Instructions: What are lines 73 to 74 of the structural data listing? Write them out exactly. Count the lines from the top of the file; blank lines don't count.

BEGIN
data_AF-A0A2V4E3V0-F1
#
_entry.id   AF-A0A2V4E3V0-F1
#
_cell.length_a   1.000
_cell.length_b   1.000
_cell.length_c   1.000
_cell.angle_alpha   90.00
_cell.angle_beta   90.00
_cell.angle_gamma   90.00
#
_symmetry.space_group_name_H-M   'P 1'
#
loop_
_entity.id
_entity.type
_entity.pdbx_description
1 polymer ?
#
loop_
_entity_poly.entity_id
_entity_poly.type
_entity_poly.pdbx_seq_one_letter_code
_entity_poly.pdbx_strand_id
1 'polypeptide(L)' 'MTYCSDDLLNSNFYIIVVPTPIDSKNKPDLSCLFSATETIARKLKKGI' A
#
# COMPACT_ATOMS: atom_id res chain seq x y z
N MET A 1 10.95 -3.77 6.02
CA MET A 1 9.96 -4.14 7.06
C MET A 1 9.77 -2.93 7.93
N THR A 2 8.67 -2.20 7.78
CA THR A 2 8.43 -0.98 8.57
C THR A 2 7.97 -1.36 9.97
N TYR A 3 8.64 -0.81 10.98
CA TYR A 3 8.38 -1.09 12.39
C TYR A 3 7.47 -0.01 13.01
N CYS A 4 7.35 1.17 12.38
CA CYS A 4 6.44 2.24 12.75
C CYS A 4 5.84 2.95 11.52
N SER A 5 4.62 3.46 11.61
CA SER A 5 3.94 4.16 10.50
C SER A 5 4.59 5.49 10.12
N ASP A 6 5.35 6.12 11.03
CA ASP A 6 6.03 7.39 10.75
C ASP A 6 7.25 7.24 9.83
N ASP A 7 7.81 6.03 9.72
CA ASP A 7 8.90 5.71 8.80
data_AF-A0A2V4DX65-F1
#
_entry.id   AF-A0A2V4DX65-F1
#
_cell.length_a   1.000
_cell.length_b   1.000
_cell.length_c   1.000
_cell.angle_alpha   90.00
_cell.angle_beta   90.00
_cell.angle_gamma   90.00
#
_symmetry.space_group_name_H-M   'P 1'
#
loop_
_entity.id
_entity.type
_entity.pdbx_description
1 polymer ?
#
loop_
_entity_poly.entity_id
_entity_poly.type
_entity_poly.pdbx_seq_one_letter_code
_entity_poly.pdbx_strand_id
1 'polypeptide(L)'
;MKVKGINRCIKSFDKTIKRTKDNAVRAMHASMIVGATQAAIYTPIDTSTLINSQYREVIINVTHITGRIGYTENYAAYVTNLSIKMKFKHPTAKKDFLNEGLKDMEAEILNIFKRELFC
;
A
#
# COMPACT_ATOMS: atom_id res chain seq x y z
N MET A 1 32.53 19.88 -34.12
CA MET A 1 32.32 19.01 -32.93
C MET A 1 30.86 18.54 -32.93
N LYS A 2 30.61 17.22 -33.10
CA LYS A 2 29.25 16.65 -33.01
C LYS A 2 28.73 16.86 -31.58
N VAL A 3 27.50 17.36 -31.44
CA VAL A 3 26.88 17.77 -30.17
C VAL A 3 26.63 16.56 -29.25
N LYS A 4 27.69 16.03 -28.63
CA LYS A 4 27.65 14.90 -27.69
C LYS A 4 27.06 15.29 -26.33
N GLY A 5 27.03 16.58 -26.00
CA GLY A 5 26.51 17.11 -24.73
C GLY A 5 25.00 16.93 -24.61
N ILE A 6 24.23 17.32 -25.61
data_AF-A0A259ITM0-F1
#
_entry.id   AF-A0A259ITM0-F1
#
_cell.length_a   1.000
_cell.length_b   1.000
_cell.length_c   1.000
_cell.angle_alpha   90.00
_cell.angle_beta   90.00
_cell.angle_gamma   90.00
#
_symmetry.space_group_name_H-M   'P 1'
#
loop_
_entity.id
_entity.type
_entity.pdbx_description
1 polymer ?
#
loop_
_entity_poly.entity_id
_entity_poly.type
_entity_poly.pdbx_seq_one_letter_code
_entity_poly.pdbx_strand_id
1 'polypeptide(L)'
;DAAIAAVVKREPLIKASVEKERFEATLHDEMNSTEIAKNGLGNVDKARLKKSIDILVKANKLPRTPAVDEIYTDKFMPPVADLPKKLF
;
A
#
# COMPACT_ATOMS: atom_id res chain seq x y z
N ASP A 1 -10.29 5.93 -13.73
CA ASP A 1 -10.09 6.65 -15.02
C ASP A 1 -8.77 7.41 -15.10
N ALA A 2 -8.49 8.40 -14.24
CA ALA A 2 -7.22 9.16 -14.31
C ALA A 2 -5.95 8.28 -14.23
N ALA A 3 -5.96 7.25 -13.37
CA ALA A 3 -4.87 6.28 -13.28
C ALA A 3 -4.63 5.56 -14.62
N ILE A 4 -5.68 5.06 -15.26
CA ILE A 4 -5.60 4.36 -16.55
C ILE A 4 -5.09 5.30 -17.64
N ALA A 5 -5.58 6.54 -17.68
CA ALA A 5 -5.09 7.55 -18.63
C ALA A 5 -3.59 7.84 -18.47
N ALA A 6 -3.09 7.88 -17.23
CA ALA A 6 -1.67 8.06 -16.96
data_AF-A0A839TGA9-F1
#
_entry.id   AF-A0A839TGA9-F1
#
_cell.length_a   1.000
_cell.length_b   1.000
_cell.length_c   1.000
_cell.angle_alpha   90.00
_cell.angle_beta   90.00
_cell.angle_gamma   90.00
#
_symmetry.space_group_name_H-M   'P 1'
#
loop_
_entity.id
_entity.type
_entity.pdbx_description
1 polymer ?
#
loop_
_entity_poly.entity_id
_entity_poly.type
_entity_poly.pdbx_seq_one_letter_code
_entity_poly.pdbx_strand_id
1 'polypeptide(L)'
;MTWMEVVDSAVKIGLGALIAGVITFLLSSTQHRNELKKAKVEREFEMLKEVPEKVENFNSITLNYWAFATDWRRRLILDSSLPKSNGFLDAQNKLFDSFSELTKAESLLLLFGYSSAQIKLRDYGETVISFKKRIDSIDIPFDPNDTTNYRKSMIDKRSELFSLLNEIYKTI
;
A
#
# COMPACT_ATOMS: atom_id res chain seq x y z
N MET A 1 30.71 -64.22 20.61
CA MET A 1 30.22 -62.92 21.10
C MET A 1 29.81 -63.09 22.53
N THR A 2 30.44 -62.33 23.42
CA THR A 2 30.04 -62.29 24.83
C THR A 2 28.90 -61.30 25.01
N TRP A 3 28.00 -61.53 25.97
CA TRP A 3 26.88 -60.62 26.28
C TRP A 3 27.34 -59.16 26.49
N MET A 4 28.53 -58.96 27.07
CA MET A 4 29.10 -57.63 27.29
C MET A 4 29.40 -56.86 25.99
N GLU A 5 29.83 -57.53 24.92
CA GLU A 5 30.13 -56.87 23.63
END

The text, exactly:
;MKVKGINRCIKSFDKTIKRTKDNAVRAMHASMIVGATQAAIYTPIDTSTLINSQYREVIINVTHITGRIGYTENYAAYVTNLSIKMKFKHPTAKKDFLNEGLKDMEAEILNIFKRELFC
;